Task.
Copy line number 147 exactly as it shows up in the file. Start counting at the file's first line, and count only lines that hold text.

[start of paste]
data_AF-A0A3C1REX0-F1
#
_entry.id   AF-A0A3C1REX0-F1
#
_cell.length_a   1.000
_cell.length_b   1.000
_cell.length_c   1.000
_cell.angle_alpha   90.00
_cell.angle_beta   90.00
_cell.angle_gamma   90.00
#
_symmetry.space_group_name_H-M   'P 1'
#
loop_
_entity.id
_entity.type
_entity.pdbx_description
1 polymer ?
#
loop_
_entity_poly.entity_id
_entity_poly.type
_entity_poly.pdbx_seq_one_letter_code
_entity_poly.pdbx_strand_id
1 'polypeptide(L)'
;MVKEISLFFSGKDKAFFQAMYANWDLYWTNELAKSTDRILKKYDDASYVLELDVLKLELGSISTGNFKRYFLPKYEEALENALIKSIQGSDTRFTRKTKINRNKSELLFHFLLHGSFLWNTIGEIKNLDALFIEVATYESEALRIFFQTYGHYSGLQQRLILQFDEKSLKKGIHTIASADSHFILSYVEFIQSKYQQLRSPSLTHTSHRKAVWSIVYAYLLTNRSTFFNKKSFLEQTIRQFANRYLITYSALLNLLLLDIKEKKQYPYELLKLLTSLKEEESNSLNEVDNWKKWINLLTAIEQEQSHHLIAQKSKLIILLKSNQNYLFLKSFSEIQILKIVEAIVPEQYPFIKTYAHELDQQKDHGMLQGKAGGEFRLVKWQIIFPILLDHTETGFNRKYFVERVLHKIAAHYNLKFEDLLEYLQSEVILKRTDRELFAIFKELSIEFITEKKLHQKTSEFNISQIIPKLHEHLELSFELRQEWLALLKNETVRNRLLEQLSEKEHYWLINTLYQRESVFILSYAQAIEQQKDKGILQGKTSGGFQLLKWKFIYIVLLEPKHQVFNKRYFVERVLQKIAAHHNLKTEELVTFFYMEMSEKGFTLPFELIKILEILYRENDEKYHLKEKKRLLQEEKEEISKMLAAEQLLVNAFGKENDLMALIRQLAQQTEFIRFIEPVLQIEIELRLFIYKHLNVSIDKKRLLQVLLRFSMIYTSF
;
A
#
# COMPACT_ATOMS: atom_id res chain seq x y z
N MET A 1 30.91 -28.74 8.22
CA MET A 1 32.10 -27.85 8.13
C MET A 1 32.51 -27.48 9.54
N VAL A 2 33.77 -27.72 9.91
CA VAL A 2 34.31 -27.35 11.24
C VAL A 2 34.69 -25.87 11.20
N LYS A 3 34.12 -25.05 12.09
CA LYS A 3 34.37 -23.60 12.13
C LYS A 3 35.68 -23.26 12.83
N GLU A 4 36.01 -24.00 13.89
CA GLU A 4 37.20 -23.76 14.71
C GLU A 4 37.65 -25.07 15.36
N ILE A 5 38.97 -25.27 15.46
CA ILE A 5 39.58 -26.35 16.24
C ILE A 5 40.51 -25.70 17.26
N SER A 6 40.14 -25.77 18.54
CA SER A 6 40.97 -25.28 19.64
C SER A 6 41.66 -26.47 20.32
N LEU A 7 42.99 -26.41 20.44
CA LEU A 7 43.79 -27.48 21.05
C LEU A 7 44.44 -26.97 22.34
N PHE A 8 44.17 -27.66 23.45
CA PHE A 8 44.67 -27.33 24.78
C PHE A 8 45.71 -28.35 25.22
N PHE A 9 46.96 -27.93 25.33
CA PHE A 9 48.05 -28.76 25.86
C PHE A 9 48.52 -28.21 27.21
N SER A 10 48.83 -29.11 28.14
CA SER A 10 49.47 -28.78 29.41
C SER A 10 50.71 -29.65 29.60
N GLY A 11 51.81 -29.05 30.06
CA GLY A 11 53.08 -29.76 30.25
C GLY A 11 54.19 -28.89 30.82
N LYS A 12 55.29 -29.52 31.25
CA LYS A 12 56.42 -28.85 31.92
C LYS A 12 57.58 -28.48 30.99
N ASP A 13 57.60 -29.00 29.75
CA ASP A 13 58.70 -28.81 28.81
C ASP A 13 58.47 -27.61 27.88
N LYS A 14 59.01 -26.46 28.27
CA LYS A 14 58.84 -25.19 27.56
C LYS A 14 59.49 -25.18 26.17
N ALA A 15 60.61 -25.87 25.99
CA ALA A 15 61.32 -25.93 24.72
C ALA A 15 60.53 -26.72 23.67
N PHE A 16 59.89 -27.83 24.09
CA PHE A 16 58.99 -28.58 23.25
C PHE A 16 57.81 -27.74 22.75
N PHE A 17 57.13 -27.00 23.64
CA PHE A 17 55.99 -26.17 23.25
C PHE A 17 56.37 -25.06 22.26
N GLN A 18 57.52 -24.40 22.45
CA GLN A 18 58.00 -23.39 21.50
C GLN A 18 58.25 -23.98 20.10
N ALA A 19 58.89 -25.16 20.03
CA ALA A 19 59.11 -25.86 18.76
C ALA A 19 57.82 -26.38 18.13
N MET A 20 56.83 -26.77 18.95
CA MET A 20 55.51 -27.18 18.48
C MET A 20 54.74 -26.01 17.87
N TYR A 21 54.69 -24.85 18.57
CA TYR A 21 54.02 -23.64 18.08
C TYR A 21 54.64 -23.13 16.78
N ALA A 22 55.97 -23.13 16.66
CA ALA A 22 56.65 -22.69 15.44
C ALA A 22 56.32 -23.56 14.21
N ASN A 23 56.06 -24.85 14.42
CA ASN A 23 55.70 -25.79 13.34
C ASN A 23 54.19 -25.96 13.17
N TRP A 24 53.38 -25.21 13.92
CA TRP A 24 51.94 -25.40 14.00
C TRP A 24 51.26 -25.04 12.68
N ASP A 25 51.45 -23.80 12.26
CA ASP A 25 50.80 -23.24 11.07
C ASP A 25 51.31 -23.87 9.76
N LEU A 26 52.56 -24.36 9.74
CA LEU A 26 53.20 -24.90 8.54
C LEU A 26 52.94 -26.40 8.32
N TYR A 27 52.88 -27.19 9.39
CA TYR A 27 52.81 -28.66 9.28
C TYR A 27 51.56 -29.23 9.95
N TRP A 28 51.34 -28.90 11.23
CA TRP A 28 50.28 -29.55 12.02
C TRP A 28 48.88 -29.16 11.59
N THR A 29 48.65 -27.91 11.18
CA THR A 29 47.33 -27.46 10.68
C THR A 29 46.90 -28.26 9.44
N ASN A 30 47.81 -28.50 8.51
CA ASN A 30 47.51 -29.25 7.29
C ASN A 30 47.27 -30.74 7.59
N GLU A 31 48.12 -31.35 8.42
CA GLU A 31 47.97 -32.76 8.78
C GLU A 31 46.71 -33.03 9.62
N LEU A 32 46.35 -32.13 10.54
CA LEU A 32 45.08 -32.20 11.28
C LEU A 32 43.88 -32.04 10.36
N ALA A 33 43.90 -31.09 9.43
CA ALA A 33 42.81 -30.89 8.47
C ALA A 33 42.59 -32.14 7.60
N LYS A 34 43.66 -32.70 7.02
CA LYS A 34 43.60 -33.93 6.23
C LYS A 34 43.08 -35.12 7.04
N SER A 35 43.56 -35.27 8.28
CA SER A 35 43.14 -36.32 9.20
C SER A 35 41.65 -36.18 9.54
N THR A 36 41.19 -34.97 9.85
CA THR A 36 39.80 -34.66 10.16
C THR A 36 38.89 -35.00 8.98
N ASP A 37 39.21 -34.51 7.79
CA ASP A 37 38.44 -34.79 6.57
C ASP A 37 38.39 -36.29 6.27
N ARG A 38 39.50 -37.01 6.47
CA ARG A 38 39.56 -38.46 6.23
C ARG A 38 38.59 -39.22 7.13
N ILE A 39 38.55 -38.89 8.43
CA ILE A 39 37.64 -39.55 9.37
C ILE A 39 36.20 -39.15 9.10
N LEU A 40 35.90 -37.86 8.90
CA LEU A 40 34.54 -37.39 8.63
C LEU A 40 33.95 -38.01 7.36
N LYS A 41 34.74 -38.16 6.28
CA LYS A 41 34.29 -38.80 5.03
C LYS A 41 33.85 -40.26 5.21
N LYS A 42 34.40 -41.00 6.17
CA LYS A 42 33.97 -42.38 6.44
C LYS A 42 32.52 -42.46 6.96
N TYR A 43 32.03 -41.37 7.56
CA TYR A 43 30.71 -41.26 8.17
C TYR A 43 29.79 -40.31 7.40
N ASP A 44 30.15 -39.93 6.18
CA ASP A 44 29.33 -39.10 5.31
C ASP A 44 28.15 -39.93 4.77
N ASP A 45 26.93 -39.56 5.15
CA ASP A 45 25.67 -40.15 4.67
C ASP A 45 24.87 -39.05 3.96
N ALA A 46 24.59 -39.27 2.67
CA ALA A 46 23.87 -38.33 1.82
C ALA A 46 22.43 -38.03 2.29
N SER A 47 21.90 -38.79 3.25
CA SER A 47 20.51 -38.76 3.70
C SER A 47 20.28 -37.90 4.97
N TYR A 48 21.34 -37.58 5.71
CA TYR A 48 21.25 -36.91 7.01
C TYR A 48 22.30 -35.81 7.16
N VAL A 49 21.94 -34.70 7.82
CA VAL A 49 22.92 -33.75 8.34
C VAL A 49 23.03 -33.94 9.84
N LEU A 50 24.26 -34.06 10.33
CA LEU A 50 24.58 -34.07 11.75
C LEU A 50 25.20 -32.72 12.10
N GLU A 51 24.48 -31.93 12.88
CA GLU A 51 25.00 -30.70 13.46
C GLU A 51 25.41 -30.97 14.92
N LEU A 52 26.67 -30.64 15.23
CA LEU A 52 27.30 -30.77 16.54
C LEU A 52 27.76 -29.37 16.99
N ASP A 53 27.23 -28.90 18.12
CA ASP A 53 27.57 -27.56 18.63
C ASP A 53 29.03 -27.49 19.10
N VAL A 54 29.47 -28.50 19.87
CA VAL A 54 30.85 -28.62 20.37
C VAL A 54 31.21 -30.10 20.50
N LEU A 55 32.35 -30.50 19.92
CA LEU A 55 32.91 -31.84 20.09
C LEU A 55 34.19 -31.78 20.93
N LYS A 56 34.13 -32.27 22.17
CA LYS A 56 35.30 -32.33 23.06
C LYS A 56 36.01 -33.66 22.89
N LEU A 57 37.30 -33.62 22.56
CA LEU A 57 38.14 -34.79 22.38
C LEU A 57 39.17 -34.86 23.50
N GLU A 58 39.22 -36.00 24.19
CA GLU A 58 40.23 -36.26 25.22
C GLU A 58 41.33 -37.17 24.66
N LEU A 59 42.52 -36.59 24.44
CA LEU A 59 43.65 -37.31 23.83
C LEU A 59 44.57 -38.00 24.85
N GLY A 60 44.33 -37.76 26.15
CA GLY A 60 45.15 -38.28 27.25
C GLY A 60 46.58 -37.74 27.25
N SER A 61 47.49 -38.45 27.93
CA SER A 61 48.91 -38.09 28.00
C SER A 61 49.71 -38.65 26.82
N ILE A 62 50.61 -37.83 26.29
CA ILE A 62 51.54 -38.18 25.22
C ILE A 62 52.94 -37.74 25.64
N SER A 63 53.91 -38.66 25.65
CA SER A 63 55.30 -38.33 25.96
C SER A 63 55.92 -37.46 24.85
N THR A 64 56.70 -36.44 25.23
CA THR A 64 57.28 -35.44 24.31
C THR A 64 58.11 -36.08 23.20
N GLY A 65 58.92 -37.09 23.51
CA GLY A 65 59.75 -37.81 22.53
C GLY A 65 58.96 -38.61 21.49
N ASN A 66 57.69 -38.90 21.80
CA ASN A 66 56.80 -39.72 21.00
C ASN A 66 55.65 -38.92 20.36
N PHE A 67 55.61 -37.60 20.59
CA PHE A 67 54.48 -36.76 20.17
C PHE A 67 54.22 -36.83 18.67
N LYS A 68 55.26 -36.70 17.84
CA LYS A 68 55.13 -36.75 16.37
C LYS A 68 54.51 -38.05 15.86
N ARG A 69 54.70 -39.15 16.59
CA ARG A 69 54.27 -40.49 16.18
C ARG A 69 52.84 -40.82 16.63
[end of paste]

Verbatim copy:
C ILE A 39 36.20 -39.15 9.10